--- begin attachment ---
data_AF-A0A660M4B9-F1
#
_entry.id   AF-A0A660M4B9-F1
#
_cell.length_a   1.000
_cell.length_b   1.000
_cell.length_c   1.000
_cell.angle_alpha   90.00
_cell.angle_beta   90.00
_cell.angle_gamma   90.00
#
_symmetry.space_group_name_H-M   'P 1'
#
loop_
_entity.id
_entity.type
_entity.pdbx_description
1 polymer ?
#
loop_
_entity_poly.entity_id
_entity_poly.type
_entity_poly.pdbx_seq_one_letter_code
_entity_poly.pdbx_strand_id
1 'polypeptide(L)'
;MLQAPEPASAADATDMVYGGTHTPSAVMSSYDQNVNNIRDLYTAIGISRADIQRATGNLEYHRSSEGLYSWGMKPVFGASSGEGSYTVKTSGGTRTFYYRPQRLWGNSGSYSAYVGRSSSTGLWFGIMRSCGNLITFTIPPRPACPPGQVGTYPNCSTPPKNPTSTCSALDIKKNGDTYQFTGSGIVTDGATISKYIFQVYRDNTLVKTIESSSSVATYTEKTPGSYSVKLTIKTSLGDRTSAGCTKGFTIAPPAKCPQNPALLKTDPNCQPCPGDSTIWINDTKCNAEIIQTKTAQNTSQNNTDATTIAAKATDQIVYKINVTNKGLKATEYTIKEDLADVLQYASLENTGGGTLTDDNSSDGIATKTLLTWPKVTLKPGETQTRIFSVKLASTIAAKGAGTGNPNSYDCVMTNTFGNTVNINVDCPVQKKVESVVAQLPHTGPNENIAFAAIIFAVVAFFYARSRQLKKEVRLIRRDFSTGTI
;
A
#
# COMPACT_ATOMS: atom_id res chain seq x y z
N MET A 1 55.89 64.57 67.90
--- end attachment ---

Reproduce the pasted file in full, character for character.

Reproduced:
data_AF-A0A660M4B9-F1
#
_entry.id   AF-A0A660M4B9-F1
#
_cell.length_a   1.000
_cell.length_b   1.000
_cell.length_c   1.000
_cell.angle_alpha   90.00
_cell.angle_beta   90.00
_cell.angle_gamma   90.00
#
_symmetry.space_group_name_H-M   'P 1'
#
loop_
_entity.id
_entity.type
_entity.pdbx_description
1 polymer ?
#
loop_
_entity_poly.entity_id
_entity_poly.type
_entity_poly.pdbx_seq_one_letter_code
_entity_poly.pdbx_strand_id
1 'polypeptide(L)'
;MLQAPEPASAADATDMVYGGTHTPSAVMSSYDQNVNNIRDLYTAIGISRADIQRATGNLEYHRSSEGLYSWGMKPVFGASSGEGSYTVKTSGGTRTFYYRPQRLWGNSGSYSAYVGRSSSTGLWFGIMRSCGNLITFTIPPRPACPPGQVGTYPNCSTPPKNPTSTCSALDIKKNGDTYQFTGSGIVTDGATISKYIFQVYRDNTLVKTIESSSSVATYTEKTPGSYSVKLTIKTSLGDRTSAGCTKGFTIAPPAKCPQNPALLKTDPNCQPCPGDSTIWINDTKCNAEIIQTKTAQNTSQNNTDATTIAAKATDQIVYKINVTNKGLKATEYTIKEDLADVLQYASLENTGGGTLTDDNSSDGIATKTLLTWPKVTLKPGETQTRIFSVKLASTIAAKGAGTGNPNSYDCVMTNTFGNTVNINVDCPVQKKVESVVAQLPHTGPNENIAFAAIIFAVVAFFYARSRQLKKEVRLIRRDFSTGTI
;
A
#
# COMPACT_ATOMS: atom_id res chain seq x y z
N MET A 1 55.89 64.57 67.90